The 23 Most Beautiful Towns and Villages in Belgium

Aerial view of Dinant, Belgium and river Meuse
Aerial view of Dinant, Belgium and river Meuse | © Beketoff Photography / Shutterstock
Helen Armitage

Beyond the big cities of Brussels and Bruges, Belgium is home to a scattering of scenic small towns. We take in the country’s most beautiful urban spaces from Durbuy, the smallest town in the world, to Dinant, the fairytale town on the Meuse River.

1. Dinant

Architectural Landmark, Historical Landmark

Dinant, Belgique
Denis-Quentin Simon / Unsplash

Undoubtedly one of the most picturesque towns in Belgium’s Wallonia region, the winding river valley and beautiful buildings of Dinant look like they are straight out of a fairytale. Nestled in a cliff face on the Meuse River, the picture-perfect town dates back to the Middle Ages. Dinant is also known as the hometown of Belgium’s most famous beer, Leffe, and the birthplace of Adolphe Sax, inventor of the saxophone.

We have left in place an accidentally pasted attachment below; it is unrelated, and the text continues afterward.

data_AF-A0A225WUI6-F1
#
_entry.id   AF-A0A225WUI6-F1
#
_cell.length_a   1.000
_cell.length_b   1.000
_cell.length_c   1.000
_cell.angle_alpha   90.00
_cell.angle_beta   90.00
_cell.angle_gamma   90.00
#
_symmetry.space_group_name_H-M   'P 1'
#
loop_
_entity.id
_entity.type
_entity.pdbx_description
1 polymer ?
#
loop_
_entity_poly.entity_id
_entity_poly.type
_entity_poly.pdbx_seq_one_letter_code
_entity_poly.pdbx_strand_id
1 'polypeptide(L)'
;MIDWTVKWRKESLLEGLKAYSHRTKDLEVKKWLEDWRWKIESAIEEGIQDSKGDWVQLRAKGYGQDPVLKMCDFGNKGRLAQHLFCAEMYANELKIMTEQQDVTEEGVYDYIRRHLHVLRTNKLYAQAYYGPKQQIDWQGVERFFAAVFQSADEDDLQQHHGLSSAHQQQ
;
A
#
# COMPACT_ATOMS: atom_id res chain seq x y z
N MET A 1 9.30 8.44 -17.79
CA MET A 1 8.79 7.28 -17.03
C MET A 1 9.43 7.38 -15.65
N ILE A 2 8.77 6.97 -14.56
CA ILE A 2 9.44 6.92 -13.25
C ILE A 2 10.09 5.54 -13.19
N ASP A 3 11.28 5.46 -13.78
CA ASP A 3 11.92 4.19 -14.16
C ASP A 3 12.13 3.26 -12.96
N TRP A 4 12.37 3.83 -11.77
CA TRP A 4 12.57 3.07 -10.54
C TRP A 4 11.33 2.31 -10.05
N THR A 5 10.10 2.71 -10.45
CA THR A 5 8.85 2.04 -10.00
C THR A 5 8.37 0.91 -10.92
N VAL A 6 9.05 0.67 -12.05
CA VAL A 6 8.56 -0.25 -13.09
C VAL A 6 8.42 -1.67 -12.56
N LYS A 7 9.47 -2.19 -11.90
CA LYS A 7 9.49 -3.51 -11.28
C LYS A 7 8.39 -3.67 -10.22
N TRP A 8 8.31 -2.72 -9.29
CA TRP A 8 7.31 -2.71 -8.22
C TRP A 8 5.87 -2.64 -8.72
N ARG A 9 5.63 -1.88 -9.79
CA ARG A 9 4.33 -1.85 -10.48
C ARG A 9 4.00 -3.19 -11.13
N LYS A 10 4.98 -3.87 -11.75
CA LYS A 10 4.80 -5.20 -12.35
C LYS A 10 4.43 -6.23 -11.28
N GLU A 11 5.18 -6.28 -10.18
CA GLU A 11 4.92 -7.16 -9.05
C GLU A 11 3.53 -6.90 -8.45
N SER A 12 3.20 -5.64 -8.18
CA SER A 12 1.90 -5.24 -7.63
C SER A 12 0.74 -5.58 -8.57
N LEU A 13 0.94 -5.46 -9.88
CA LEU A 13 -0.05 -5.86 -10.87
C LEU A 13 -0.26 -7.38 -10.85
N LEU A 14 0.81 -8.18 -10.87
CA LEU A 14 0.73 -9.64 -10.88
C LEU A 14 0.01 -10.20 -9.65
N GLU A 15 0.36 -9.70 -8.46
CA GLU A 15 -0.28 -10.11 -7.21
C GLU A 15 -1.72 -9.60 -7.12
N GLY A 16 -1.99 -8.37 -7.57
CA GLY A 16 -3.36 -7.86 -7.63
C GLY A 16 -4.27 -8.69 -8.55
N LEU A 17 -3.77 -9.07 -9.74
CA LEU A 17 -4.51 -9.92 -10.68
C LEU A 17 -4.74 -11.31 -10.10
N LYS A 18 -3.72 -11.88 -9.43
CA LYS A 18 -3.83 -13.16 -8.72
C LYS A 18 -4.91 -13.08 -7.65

2. Durbuy

Architectural Landmark

Durbuy, Belgium - is claimed to be the smallest town in the world. The architectural view from above is charming.
Michael Maga-ao / Unsplash

In the heart of Wallonia lies chocolate-box Durbuy; a Belgian Ardennes town that claims to be the smallest town in the world, and with its charming architecture and winding cobbled streets, one of the most beautiful too. A walk through Durbuy’s streets reveals quaint shops and plenty of opportunities to sample a Belgian beer or two. Look up on banks of the Ourthe River and you’ll see the stately 17th century Durbuy Castle.

3. Leuven

Architectural Landmark

Rector De Somerplein, Leuven, Belgium
Thomas Bormans / Unsplash